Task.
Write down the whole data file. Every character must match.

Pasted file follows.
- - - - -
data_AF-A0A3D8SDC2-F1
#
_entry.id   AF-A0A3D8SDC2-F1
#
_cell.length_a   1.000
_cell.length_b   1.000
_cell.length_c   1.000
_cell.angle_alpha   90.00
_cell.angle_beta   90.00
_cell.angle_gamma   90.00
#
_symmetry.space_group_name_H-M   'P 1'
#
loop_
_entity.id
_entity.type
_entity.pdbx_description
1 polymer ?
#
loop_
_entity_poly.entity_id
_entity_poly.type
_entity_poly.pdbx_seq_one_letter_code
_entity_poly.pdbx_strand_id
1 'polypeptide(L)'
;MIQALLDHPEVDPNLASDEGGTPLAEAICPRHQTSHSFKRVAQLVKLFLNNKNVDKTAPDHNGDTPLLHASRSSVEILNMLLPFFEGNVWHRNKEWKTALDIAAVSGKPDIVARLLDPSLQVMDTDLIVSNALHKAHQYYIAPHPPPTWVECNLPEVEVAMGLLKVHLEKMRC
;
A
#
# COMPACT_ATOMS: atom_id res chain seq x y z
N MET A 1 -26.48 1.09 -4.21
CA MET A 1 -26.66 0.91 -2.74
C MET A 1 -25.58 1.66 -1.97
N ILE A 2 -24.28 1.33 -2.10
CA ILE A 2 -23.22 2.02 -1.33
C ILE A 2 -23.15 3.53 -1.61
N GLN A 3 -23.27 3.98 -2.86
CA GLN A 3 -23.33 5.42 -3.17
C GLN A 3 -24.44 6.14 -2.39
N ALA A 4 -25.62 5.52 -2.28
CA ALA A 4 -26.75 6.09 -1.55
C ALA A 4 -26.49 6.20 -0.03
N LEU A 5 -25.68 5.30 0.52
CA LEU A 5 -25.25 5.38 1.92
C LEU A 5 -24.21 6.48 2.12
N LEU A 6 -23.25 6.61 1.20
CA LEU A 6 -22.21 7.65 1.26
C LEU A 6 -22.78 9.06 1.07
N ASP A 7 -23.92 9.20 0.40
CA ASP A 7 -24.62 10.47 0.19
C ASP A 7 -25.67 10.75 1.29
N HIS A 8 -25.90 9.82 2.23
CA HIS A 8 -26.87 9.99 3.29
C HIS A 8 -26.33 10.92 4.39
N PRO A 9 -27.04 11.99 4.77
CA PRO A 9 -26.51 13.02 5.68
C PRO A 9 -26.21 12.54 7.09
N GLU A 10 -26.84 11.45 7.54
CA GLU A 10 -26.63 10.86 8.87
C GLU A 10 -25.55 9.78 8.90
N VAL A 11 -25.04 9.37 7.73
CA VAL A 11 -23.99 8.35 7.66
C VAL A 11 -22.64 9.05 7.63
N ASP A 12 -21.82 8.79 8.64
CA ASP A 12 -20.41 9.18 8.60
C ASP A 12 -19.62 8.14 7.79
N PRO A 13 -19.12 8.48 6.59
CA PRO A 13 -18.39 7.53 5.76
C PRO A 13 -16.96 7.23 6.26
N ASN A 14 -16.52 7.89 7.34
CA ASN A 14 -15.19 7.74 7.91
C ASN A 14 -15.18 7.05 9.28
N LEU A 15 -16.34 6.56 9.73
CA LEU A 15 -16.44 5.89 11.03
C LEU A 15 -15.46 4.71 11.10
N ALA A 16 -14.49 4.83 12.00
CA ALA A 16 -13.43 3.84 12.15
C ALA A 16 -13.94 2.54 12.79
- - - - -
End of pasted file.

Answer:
data_AF-A0A3D8SDC2-F1
#
_entry.id   AF-A0A3D8SDC2-F1
#
_cell.length_a   1.000
_cell.length_b   1.000
_cell.length_c   1.000
_cell.angle_alpha   90.00
_cell.angle_beta   90.00
_cell.angle_gamma   90.00
#
_symmetry.space_group_name_H-M   'P 1'
#
loop_
_entity.id
_entity.type
_entity.pdbx_description
1 polymer ?
#
loop_
_entity_poly.entity_id
_entity_poly.type
_entity_poly.pdbx_seq_one_letter_code
_entity_poly.pdbx_strand_id
1 'polypeptide(L)'
;MIQALLDHPEVDPNLASDEGGTPLAEAICPRHQTSHSFKRVAQLVKLFLNNKNVDKTAPDHNGDTPLLHASRSSVEILNMLLPFFEGNVWHRNKEWKTALDIAAVSGKPDIVARLLDPSLQVMDTDLIVSNALHKAHQYYIAPHPPPTWVECNLPEVEVAMGLLKVHLEKMRC
;
A
#
# COMPACT_ATOMS: atom_id res chain seq x y z
N MET A 1 -26.48 1.09 -4.21
CA MET A 1 -26.66 0.91 -2.74
C MET A 1 -25.58 1.66 -1.97
N ILE A 2 -24.28 1.33 -2.10
CA ILE A 2 -23.22 2.02 -1.33
C ILE A 2 -23.15 3.53 -1.61
N GLN A 3 -23.27 3.98 -2.86
CA GLN A 3 -23.33 5.42 -3.17
C GLN A 3 -24.44 6.14 -2.39
N ALA A 4 -25.62 5.52 -2.28
CA ALA A 4 -26.75 6.09 -1.55
C ALA A 4 -26.49 6.20 -0.03
N LEU A 5 -25.68 5.30 0.52
CA LEU A 5 -25.25 5.38 1.92
C LEU A 5 -24.21 6.48 2.12
N LEU A 6 -23.25 6.61 1.20
CA LEU A 6 -22.21 7.65 1.26
C LEU A 6 -22.78 9.06 1.07
N ASP A 7 -23.92 9.20 0.40
CA ASP A 7 -24.62 10.47 0.19
C ASP A 7 -25.67 10.75 1.29
N HIS A 8 -25.90 9.82 2.23
CA HIS A 8 -26.87 9.99 3.29
C HIS A 8 -26.33 10.92 4.39
N PRO A 9 -27.04 11.99 4.77
CA PRO A 9 -26.51 13.02 5.68
C PRO A 9 -26.21 12.54 7.09
N GLU A 10 -26.84 11.45 7.54
CA GLU A 10 -26.63 10.86 8.87
C GLU A 10 -25.55 9.78 8.90
N VAL A 11 -25.04 9.37 7.73
CA VAL A 11 -23.99 8.35 7.66
C VAL A 11 -22.64 9.05 7.63
N ASP A 12 -21.82 8.79 8.64
CA ASP A 12 -20.41 9.18 8.60
C ASP A 12 -19.62 8.14 7.79
N PRO A 13 -19.12 8.48 6.59
CA PRO A 13 -18.39 7.53 5.76
C PRO A 13 -16.96 7.23 6.26
N ASN A 14 -16.52 7.89 7.34
CA ASN A 14 -15.19 7.74 7.91
C ASN A 14 -15.18 7.05 9.28
N LEU A 15 -16.34 6.56 9.73
CA LEU A 15 -16.44 5.89 11.03
C LEU A 15 -15.46 4.71 11.10
N ALA A 16 -14.49 4.83 12.00
CA ALA A 16 -13.43 3.84 12.15
C ALA A 16 -13.94 2.54 12.79